Why it’s tough to learn to read through phonics:
This video comes from the Children of the Code project. There are many factors that contribute to the difficulty of learning to read. At the center of and exacerbating them all is the unnaturally confusing relationship between letters and sounds. This video explores that confusion. “Unnatural Confusion” is one of 13 videos that make up “Causes and Contributing Factors.”
4 thoughts on “Why it’s tough to learn to read through phonics:”
Yes, it can take a while to learn using the individual speech sounds of the individual letters and letter combinations.
44 speech sounds plus the letters of the alphabet. And then you must learn the exceptions to the rules for sounds and spelling.
But it is still much much easier than trying to learn each of the approx 175,000 words in current use …by memorizing each one by shape individually, or guessing with context clues… learning to read in such a fashion will take many years.
A child taught with such a method, will be a poor struggling reader at best, and never really find the joy of reading.
I taught our sons how to read fluently…. comfortably, before they started grad 1. The book I used was Samuel Blumendfeld’s book, Alpha-Phonics, along with phonics flash cards from the Rigg’s Institute. Total cost about $60.00
Best thing I ever did was give my children the gift of understanding the printed word, and now they have larger personal libraries than I do.
When they were in grade one and two, they could read better than any of their friends in the neighborhood, except for a little girl down the street, who could read as good as my kids. I asked her how she could read the sentences my kids could read, and she said… “My grandmother taught me the sounds of the letters.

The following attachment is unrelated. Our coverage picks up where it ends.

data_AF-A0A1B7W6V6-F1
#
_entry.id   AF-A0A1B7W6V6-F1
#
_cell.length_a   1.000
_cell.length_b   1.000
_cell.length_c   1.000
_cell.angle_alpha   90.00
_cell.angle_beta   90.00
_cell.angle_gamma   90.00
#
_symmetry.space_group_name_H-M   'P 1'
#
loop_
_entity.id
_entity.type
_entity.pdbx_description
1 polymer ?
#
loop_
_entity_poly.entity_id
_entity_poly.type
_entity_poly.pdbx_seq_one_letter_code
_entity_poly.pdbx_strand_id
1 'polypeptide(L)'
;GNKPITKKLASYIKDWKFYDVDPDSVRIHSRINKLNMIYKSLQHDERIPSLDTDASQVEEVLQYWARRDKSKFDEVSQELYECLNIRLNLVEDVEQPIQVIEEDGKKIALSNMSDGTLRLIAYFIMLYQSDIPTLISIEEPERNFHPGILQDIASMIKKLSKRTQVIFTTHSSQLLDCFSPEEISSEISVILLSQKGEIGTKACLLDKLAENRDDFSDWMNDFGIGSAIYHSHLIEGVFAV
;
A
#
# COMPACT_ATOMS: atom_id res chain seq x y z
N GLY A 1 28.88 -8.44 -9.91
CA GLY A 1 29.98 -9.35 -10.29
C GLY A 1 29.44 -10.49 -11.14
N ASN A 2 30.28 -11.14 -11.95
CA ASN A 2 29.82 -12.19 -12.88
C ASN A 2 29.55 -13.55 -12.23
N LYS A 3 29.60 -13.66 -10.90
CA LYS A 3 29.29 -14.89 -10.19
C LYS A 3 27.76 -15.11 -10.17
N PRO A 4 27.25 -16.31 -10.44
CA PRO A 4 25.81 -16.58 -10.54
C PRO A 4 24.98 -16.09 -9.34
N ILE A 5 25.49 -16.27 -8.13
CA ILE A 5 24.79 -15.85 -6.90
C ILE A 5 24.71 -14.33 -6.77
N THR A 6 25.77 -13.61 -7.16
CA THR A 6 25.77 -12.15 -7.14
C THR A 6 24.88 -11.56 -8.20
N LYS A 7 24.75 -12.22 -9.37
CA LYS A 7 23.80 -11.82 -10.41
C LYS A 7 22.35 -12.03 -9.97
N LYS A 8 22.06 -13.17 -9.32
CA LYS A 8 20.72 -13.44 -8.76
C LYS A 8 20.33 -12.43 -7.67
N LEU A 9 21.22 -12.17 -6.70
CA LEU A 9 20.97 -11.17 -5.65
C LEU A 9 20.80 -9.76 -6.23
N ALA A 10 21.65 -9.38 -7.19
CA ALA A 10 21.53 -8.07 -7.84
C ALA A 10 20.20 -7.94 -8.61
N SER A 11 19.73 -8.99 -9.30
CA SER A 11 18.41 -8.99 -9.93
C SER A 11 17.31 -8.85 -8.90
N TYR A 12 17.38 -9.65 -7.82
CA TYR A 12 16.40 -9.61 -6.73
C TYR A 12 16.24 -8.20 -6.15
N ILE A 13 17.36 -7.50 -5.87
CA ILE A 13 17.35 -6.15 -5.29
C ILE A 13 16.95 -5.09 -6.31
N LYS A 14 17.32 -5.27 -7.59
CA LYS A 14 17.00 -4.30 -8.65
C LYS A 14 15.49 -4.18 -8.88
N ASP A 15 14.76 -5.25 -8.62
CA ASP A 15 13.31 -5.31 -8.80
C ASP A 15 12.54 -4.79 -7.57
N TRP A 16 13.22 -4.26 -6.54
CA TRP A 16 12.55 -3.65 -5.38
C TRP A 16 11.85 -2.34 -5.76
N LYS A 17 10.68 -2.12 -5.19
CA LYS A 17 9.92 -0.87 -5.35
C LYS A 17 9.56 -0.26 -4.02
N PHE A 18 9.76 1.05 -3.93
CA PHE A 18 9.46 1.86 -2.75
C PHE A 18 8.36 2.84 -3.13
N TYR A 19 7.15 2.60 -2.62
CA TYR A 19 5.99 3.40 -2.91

Some people say, ‘Oh, they are just “word calling.” They can read, okay, but they don’t have comprehension.”
Wrong,. If the word they read is in their speaking vocabulary, they know the meaning. If not, they can ask or look it up in a dictionary. Another thing I taught them to use.
But a kid that can’t even get the word off the page in the first place, perhaps because of being taught in the “Whole Language” method…. will never know.
I’m confused about your numbers. Where do you come up with 175,000 words? Research indicates that the typical well-educated adult has a vocabulary of about 17,000 base words. ((Goulden, 1989)
A beginning reader is expected to learn far fewer. A first grader would typically be taught about 350 words over the course of the school year. Many of those words are phonetic rule-breakers (words like “said” or “one”).
I couldn’t agree more with this video. I have always been an exceptional reader. Phonics and sight words together were very natural for me. It was almost innate. Then I became a tutor and a mom. The concepts of reading, the exceptions to the rules didn’t make sense at all. I teach a struggling reader the rules of Phonics to encounter a word that is an exception and then another and then another only to the leave the reader more confused. But I agree with Robert about teaching sight words. One can never be a fluent reader that way. My 15 year old has dyslexia and an auditory processing disorder which made reading difficult. However, he compensated with his excellent memory. He would memorize a word and store it in my memory based on meaning. So in kindergarten we would read Dr Suess books and he’d have an occasional slip. I’d notice him interchange words based on meaning such as (eye, look, see, saw). However he was a “good reader”. By the time 4th grade came he was drowning. The mere addition of a prefix or suffice meant learning a new word for him. He was unable to recognize the root word and simply could not keep up. At 15, he still has not mastered Phonics. His ears can’t detect the subtle differences in letter sounds, particularly vowels and blends. He has been trained on an approach that works for him (mainly memorization of word parts & meanings) and he enjoys reading. And all I can say is attempt multiple approaches to reading with each child and when he or she struggles reach outside of your own comfort zone and teach them another way.
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